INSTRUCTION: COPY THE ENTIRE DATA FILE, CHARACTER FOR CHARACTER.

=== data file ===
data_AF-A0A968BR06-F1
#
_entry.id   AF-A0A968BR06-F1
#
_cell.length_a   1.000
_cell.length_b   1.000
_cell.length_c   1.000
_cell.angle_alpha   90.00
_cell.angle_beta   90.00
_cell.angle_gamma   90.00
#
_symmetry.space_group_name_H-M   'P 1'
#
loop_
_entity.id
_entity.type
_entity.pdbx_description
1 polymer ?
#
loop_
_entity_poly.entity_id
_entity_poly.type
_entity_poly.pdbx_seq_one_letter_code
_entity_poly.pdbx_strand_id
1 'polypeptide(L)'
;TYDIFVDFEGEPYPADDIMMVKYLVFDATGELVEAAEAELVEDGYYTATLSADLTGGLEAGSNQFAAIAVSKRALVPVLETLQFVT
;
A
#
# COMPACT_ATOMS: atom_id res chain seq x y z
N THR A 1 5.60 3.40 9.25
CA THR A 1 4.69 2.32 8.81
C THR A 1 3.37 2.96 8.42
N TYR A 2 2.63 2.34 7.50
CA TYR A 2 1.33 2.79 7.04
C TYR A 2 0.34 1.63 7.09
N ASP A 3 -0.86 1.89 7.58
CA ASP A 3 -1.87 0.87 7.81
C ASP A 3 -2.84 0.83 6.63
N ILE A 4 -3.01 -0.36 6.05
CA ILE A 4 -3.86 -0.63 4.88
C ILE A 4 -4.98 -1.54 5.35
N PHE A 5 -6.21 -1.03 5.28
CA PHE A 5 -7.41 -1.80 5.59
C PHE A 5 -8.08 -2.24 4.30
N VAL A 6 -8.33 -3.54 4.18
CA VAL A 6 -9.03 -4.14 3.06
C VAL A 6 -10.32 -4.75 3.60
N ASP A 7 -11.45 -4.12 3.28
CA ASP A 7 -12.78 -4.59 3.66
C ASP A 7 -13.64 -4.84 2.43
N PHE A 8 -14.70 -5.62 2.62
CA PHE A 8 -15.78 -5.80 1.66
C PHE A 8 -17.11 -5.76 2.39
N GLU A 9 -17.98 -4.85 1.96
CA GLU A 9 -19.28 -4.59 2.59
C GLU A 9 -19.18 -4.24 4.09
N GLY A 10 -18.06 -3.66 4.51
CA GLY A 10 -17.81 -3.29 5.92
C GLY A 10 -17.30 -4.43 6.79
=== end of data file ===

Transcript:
data_AF-A0A968BR06-F1
#
_entry.id   AF-A0A968BR06-F1
#
_cell.length_a   1.000
_cell.length_b   1.000
_cell.length_c   1.000
_cell.angle_alpha   90.00
_cell.angle_beta   90.00
_cell.angle_gamma   90.00
#
_symmetry.space_group_name_H-M   'P 1'
#
loop_
_entity.id
_entity.type
_entity.pdbx_description
1 polymer ?
#
loop_
_entity_poly.entity_id
_entity_poly.type
_entity_poly.pdbx_seq_one_letter_code
_entity_poly.pdbx_strand_id
1 'polypeptide(L)'
;TYDIFVDFEGEPYPADDIMMVKYLVFDATGELVEAAEAELVEDGYYTATLSADLTGGLEAGSNQFAAIAVSKRALVPVLETLQFVT
;
A
#
# COMPACT_ATOMS: atom_id res chain seq x y z
N THR A 1 5.60 3.40 9.25
CA THR A 1 4.69 2.32 8.81
C THR A 1 3.37 2.96 8.42
N TYR A 2 2.63 2.34 7.50
CA TYR A 2 1.33 2.79 7.04
C TYR A 2 0.34 1.63 7.09
N ASP A 3 -0.86 1.89 7.58
CA ASP A 3 -1.87 0.87 7.81
C ASP A 3 -2.84 0.83 6.63
N ILE A 4 -3.01 -0.36 6.05
CA ILE A 4 -3.86 -0.63 4.88
C ILE A 4 -4.98 -1.54 5.35
N PHE A 5 -6.21 -1.03 5.28
CA PHE A 5 -7.41 -1.80 5.59
C PHE A 5 -8.08 -2.24 4.30
N VAL A 6 -8.33 -3.54 4.18
CA VAL A 6 -9.03 -4.14 3.06
C VAL A 6 -10.32 -4.75 3.60
N ASP A 7 -11.45 -4.12 3.28
CA ASP A 7 -12.78 -4.59 3.66
C ASP A 7 -13.64 -4.84 2.43
N PHE A 8 -14.70 -5.62 2.62
CA PHE A 8 -15.78 -5.80 1.66
C PHE A 8 -17.11 -5.76 2.39
N GLU A 9 -17.98 -4.85 1.96
CA GLU A 9 -19.28 -4.59 2.59
C GLU A 9 -19.18 -4.24 4.09
N GLY A 10 -18.06 -3.66 4.51
CA GLY A 10 -17.81 -3.29 5.92
C GLY A 10 -17.30 -4.43 6.79